Harare – President Robert Mugabe’s regime has shut down Zimbabwe’s Anglican Church, turning baton-wielding riot police on congregations and rendering it impossible for priests to conduct services. When Anglicans go to worship tomorrow, they will not venture inside their own churches, almost all of which have been closed by police. Instead, for the first time, they will join Catholics, Methodists and Presbyterians, who will open their services to embattled Anglicans. The prime cause of the Church’s collapse is Nolbert Kunonga, the renegade Anglican Bishop of Harare and a staunch supporter of Mr Mugabe who once called his leader a “prophet of God”. Last year, Mr Kunonga withdrew from the Anglican Communion, supposedly to protest against homosexuality. But the Church says he was sacked and a new Bishop of Harare, Sebastian Bakare, appointed in his place.
Mr Kunonga, 58, refused to leave office. Instead, he occupied Harare’s Anglican cathedral of St Mary’s and All Saints, seized the Church’s bank accounts and made dozens of his friends priests or bishops. Despite being officially excommunicated on Monday, he still conducts services for a handful of followers inside the cathedral. Most importantly, he has accused Bishop Bakare of supporting the opposition Movement for Democratic Change and plotting with Gordon Brown to overthrow Mr Mugabe. Consequently, the state has intervened on Mr Kunonga’s side. When Anglicans gather for services, the regime believes they are backing Bishop Bakare – and therefore the MDC. Riot police have duly been turned on congregations. Tsitsi Guramatunhu was among 400 worshippers when police raided St Francis church two weeks ago. First they beat the choir with batons. Then they assaulted people kneeling before the altar.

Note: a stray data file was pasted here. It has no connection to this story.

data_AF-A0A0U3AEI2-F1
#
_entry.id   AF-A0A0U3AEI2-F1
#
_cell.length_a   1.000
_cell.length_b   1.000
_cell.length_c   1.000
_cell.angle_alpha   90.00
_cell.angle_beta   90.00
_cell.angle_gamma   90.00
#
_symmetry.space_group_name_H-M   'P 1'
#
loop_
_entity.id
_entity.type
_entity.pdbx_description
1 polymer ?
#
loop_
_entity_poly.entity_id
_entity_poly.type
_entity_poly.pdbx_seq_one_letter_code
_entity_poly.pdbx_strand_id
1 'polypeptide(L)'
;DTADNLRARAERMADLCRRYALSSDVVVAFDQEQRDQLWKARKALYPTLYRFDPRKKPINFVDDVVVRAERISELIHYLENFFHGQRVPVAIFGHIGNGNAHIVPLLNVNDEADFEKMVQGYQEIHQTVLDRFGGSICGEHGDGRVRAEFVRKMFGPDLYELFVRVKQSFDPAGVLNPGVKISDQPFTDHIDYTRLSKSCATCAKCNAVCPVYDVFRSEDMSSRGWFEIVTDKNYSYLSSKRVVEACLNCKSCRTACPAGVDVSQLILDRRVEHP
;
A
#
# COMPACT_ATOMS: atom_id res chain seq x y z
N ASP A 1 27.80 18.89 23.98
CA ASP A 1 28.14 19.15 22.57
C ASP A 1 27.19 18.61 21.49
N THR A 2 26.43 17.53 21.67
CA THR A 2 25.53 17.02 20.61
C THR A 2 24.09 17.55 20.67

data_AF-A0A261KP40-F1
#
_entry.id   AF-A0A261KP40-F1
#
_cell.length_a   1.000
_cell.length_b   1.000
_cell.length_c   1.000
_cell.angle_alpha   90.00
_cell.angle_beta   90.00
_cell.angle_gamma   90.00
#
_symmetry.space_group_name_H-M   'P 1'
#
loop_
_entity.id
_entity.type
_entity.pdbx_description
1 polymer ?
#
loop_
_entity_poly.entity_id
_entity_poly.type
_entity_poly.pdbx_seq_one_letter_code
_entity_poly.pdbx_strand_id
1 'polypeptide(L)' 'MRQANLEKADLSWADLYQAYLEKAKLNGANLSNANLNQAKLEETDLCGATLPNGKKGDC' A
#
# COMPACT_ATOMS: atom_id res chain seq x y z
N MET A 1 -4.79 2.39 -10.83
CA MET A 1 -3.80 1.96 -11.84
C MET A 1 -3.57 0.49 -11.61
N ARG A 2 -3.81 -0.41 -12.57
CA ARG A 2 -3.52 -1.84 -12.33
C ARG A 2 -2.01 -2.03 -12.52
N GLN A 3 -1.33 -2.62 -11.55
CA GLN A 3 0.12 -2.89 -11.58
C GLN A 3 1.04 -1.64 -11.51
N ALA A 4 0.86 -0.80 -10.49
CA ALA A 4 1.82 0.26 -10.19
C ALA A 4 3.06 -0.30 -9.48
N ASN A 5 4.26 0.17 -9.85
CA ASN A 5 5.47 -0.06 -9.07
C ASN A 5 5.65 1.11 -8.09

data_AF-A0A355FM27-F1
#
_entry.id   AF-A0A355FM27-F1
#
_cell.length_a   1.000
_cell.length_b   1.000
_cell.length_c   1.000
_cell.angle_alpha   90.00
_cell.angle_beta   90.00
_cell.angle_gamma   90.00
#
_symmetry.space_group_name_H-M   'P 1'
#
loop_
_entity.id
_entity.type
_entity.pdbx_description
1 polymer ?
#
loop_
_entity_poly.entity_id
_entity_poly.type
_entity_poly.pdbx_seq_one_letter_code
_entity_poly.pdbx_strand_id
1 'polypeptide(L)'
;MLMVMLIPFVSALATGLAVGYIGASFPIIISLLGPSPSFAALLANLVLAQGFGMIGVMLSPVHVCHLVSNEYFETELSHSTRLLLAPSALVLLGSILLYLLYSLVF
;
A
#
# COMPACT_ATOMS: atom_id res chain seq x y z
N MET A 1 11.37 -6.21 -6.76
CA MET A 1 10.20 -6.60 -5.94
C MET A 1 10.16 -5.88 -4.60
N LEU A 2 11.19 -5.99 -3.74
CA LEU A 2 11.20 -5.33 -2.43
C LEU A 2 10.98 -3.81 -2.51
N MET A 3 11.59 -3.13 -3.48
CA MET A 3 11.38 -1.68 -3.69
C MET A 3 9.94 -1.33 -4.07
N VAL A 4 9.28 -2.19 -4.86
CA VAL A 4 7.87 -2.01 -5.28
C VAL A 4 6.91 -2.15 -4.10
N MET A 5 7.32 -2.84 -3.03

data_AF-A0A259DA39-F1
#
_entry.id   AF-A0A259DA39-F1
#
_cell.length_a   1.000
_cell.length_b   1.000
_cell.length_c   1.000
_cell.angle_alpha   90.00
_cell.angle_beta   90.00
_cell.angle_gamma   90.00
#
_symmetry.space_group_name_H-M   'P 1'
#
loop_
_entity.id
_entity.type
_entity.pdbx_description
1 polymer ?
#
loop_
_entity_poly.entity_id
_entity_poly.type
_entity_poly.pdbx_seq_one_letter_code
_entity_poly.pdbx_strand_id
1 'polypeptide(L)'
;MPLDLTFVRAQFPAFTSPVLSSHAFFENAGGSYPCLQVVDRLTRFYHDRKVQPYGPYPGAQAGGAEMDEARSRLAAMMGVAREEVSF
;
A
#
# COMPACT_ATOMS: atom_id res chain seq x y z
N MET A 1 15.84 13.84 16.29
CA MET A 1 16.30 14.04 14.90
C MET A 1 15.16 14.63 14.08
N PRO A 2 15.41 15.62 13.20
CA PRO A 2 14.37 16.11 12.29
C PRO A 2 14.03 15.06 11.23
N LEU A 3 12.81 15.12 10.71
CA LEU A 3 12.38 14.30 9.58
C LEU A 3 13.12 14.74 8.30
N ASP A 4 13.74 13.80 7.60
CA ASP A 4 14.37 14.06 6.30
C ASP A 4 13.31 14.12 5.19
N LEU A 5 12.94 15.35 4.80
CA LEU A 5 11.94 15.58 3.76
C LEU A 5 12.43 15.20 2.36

“They stormed into the church and beat people as they went. They told us we must either worship at the Kunonga service or not at all,” said Mrs Guramatunhu, 44. “I tried to take a picture of them with my cell phone so they beat me.” Last Sunday, riot police deployed again and surrounded St Francis church. “We will worship at another church on Sunday. We will not give up,” said Mrs Guramatunhu. Bishop Bakare, 66, told The Daily Telegraph that riot police had attacked “nearly all” of Harare’s 58 Anglican churches last Sunday. “People are too scared to try to worship in their churches in case they are beaten,” he said. “Other faiths have offered us their churches and their halls. So the police may want to follow the Anglicans to beat them up in those places. But then they will also have to beat up Catholics, Methodists and Presbyterians.” Mr Kunonga has been rewarded for backing Mr Mugabe with a formerly white-owned farm.